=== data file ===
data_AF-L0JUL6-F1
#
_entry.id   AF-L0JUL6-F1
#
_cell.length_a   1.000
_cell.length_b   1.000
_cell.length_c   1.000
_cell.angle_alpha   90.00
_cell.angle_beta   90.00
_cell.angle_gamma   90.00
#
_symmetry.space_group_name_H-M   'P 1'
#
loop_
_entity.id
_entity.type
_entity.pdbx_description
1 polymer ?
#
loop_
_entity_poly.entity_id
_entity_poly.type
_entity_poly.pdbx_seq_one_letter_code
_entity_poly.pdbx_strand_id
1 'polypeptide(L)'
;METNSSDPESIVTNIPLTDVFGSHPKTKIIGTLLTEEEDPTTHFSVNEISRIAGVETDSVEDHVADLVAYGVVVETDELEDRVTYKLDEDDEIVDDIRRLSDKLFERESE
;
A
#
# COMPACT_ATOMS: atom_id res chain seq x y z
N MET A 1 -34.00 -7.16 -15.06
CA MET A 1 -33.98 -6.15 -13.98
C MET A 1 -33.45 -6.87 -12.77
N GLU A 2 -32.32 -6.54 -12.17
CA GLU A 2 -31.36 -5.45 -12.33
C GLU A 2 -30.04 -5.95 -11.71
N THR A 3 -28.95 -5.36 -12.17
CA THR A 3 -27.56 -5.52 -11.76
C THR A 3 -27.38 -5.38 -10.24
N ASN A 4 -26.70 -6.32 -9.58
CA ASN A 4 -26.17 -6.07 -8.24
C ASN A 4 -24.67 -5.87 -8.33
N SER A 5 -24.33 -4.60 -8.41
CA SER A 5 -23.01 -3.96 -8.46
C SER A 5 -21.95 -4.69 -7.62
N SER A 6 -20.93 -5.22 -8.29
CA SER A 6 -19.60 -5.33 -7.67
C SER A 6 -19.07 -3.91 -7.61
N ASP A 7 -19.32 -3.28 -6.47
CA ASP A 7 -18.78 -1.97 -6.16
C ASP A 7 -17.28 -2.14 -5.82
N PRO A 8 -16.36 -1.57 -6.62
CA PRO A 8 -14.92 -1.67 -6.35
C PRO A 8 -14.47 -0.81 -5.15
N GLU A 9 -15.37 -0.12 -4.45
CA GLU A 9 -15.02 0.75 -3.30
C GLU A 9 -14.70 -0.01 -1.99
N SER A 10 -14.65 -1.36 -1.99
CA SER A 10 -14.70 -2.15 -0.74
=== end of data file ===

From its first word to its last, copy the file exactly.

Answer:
data_AF-L0JUL6-F1
#
_entry.id   AF-L0JUL6-F1
#
_cell.length_a   1.000
_cell.length_b   1.000
_cell.length_c   1.000
_cell.angle_alpha   90.00
_cell.angle_beta   90.00
_cell.angle_gamma   90.00
#
_symmetry.space_group_name_H-M   'P 1'
#
loop_
_entity.id
_entity.type
_entity.pdbx_description
1 polymer ?
#
loop_
_entity_poly.entity_id
_entity_poly.type
_entity_poly.pdbx_seq_one_letter_code
_entity_poly.pdbx_strand_id
1 'polypeptide(L)'
;METNSSDPESIVTNIPLTDVFGSHPKTKIIGTLLTEEEDPTTHFSVNEISRIAGVETDSVEDHVADLVAYGVVVETDELEDRVTYKLDEDDEIVDDIRRLSDKLFERESE
;
A
#
# COMPACT_ATOMS: atom_id res chain seq x y z
N MET A 1 -34.00 -7.16 -15.06
CA MET A 1 -33.98 -6.15 -13.98
C MET A 1 -33.45 -6.87 -12.77
N GLU A 2 -32.32 -6.54 -12.17
CA GLU A 2 -31.36 -5.45 -12.33
C GLU A 2 -30.04 -5.95 -11.71
N THR A 3 -28.95 -5.36 -12.17
CA THR A 3 -27.56 -5.52 -11.76
C THR A 3 -27.38 -5.38 -10.24
N ASN A 4 -26.70 -6.32 -9.58
CA ASN A 4 -26.17 -6.07 -8.24
C ASN A 4 -24.67 -5.87 -8.33
N SER A 5 -24.33 -4.60 -8.41
CA SER A 5 -23.01 -3.96 -8.46
C SER A 5 -21.95 -4.69 -7.62
N SER A 6 -20.93 -5.22 -8.29
CA SER A 6 -19.60 -5.33 -7.67
C SER A 6 -19.07 -3.91 -7.61
N ASP A 7 -19.32 -3.28 -6.47
CA ASP A 7 -18.78 -1.97 -6.16
C ASP A 7 -17.28 -2.14 -5.82
N PRO A 8 -16.36 -1.57 -6.62
CA PRO A 8 -14.92 -1.67 -6.35
C PRO A 8 -14.47 -0.81 -5.15
N GLU A 9 -15.37 -0.12 -4.45
CA GLU A 9 -15.02 0.75 -3.30
C GLU A 9 -14.70 -0.01 -1.99
N SER A 10 -14.65 -1.36 -1.99
CA SER A 10 -14.70 -2.15 -0.74